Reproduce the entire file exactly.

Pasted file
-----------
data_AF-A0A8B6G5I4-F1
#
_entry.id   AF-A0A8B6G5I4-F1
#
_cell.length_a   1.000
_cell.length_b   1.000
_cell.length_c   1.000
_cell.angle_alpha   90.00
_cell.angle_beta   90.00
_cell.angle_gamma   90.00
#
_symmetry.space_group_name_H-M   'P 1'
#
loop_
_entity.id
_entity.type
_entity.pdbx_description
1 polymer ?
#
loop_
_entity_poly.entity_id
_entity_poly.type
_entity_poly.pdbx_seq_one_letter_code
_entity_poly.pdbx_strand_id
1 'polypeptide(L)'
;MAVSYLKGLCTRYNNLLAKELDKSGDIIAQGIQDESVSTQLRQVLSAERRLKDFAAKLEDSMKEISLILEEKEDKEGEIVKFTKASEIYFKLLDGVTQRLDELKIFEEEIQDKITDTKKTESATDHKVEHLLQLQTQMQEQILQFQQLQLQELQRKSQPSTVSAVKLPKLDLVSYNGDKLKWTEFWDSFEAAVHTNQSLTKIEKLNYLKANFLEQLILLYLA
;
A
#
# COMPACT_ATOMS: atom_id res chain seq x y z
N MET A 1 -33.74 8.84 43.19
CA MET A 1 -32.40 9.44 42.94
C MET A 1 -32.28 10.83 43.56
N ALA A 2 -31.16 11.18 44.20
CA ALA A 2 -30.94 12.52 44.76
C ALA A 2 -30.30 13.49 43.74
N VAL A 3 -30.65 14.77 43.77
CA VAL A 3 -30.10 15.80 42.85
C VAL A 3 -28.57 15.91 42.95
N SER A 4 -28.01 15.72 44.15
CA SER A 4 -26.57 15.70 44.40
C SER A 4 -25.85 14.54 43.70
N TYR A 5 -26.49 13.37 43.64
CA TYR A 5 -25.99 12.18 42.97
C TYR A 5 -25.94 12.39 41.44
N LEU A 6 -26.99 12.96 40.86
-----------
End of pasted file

data_AF-A0A8B6G5I4-F1
#
_entry.id   AF-A0A8B6G5I4-F1
#
_cell.length_a   1.000
_cell.length_b   1.000
_cell.length_c   1.000
_cell.angle_alpha   90.00
_cell.angle_beta   90.00
_cell.angle_gamma   90.00
#
_symmetry.space_group_name_H-M   'P 1'
#
loop_
_entity.id
_entity.type
_entity.pdbx_description
1 polymer ?
#
loop_
_entity_poly.entity_id
_entity_poly.type
_entity_poly.pdbx_seq_one_letter_code
_entity_poly.pdbx_strand_id
1 'polypeptide(L)'
;MAVSYLKGLCTRYNNLLAKELDKSGDIIAQGIQDESVSTQLRQVLSAERRLKDFAAKLEDSMKEISLILEEKEDKEGEIVKFTKASEIYFKLLDGVTQRLDELKIFEEEIQDKITDTKKTESATDHKVEHLLQLQTQMQEQILQFQQLQLQELQRKSQPSTVSAVKLPKLDLVSYNGDKLKWTEFWDSFEAAVHTNQSLTKIEKLNYLKANFLEQLILLYLA
;
A
#
# COMPACT_ATOMS: atom_id res chain seq x y z
N MET A 1 -33.74 8.84 43.19
CA MET A 1 -32.40 9.44 42.94
C MET A 1 -32.28 10.83 43.56
N ALA A 2 -31.16 11.18 44.20
CA ALA A 2 -30.94 12.52 44.76
C ALA A 2 -30.30 13.49 43.74
N VAL A 3 -30.65 14.77 43.77
CA VAL A 3 -30.10 15.80 42.85
C VAL A 3 -28.57 15.91 42.95
N SER A 4 -28.01 15.72 44.15
CA SER A 4 -26.57 15.70 44.40
C SER A 4 -25.85 14.54 43.70
N TYR A 5 -26.49 13.37 43.64
CA TYR A 5 -25.99 12.18 42.97
C TYR A 5 -25.94 12.39 41.44
N LEU A 6 -26.99 12.96 40.86